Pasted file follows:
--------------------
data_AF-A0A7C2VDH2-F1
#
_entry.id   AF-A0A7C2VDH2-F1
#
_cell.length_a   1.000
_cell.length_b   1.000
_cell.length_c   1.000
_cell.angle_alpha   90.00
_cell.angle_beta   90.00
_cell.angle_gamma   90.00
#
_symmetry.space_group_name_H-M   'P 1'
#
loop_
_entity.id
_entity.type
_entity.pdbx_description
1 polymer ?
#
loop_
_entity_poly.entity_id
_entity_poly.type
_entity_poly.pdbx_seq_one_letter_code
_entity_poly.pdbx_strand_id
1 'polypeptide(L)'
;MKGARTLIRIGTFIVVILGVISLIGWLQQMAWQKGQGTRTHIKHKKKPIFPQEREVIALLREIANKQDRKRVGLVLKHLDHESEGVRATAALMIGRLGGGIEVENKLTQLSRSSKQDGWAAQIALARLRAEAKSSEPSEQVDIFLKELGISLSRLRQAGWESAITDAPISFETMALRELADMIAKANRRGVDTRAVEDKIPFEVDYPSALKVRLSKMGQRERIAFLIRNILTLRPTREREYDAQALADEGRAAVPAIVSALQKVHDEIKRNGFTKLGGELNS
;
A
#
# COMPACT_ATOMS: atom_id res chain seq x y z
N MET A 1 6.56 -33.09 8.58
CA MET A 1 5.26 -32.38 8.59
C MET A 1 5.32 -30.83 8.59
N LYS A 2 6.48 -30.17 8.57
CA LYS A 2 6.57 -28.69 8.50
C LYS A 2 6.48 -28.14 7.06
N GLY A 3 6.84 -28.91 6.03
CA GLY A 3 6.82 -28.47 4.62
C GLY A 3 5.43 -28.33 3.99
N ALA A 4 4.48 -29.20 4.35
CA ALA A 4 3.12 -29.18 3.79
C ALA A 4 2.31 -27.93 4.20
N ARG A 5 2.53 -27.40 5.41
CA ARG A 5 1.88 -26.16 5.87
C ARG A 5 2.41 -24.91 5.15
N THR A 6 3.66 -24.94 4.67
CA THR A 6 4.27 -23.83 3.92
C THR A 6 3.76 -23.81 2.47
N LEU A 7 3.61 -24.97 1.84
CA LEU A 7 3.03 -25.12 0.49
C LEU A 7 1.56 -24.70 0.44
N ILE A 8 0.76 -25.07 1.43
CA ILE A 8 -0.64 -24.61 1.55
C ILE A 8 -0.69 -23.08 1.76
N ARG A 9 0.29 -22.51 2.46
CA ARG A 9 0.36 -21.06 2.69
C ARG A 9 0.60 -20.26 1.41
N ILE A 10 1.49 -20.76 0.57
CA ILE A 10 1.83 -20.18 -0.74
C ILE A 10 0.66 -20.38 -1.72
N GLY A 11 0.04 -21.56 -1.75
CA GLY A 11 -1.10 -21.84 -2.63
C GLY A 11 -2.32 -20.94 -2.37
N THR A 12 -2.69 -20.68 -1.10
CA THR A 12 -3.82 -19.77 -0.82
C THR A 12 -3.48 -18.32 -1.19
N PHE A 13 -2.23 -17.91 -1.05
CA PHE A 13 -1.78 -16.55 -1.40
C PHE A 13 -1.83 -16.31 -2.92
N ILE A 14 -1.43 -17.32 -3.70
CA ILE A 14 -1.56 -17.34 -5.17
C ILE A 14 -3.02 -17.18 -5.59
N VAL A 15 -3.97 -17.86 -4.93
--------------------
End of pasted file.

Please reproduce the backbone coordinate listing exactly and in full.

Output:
data_AF-A0A7C2VDH2-F1
#
_entry.id   AF-A0A7C2VDH2-F1
#
_cell.length_a   1.000
_cell.length_b   1.000
_cell.length_c   1.000
_cell.angle_alpha   90.00
_cell.angle_beta   90.00
_cell.angle_gamma   90.00
#
_symmetry.space_group_name_H-M   'P 1'
#
loop_
_entity.id
_entity.type
_entity.pdbx_description
1 polymer ?
#
loop_
_entity_poly.entity_id
_entity_poly.type
_entity_poly.pdbx_seq_one_letter_code
_entity_poly.pdbx_strand_id
1 'polypeptide(L)'
;MKGARTLIRIGTFIVVILGVISLIGWLQQMAWQKGQGTRTHIKHKKKPIFPQEREVIALLREIANKQDRKRVGLVLKHLDHESEGVRATAALMIGRLGGGIEVENKLTQLSRSSKQDGWAAQIALARLRAEAKSSEPSEQVDIFLKELGISLSRLRQAGWESAITDAPISFETMALRELADMIAKANRRGVDTRAVEDKIPFEVDYPSALKVRLSKMGQRERIAFLIRNILTLRPTREREYDAQALADEGRAAVPAIVSALQKVHDEIKRNGFTKLGGELNS
;
A
#
# COMPACT_ATOMS: atom_id res chain seq x y z
N MET A 1 6.56 -33.09 8.58
CA MET A 1 5.26 -32.38 8.59
C MET A 1 5.32 -30.83 8.59
N LYS A 2 6.48 -30.17 8.57
CA LYS A 2 6.57 -28.69 8.50
C LYS A 2 6.48 -28.14 7.06
N GLY A 3 6.84 -28.91 6.03
CA GLY A 3 6.82 -28.47 4.62
C GLY A 3 5.43 -28.33 3.99
N ALA A 4 4.48 -29.20 4.35
CA ALA A 4 3.12 -29.18 3.79
C ALA A 4 2.31 -27.93 4.20
N ARG A 5 2.53 -27.40 5.41
CA ARG A 5 1.88 -26.16 5.87
C ARG A 5 2.41 -24.91 5.15
N THR A 6 3.66 -24.94 4.67
CA THR A 6 4.27 -23.83 3.92
C THR A 6 3.76 -23.81 2.47
N LEU A 7 3.61 -24.97 1.84
CA LEU A 7 3.03 -25.12 0.49
C LEU A 7 1.56 -24.70 0.44
N ILE A 8 0.76 -25.07 1.43
CA ILE A 8 -0.64 -24.61 1.55
C ILE A 8 -0.69 -23.08 1.76
N ARG A 9 0.29 -22.51 2.46
CA ARG A 9 0.36 -21.06 2.69
C ARG A 9 0.60 -20.26 1.41
N ILE A 10 1.49 -20.76 0.57
CA ILE A 10 1.83 -20.18 -0.74
C ILE A 10 0.66 -20.38 -1.72
N GLY A 11 0.04 -21.56 -1.75
CA GLY A 11 -1.10 -21.84 -2.63
C GLY A 11 -2.32 -20.94 -2.37
N THR A 12 -2.69 -20.68 -1.10
CA THR A 12 -3.82 -19.77 -0.82
C THR A 12 -3.48 -18.32 -1.19
N PHE A 13 -2.23 -17.91 -1.05
CA PHE A 13 -1.78 -16.55 -1.40
C PHE A 13 -1.83 -16.31 -2.92
N ILE A 14 -1.43 -17.32 -3.70
CA ILE A 14 -1.56 -17.34 -5.17
C ILE A 14 -3.02 -17.18 -5.59
N VAL A 15 -3.97 -17.86 -4.93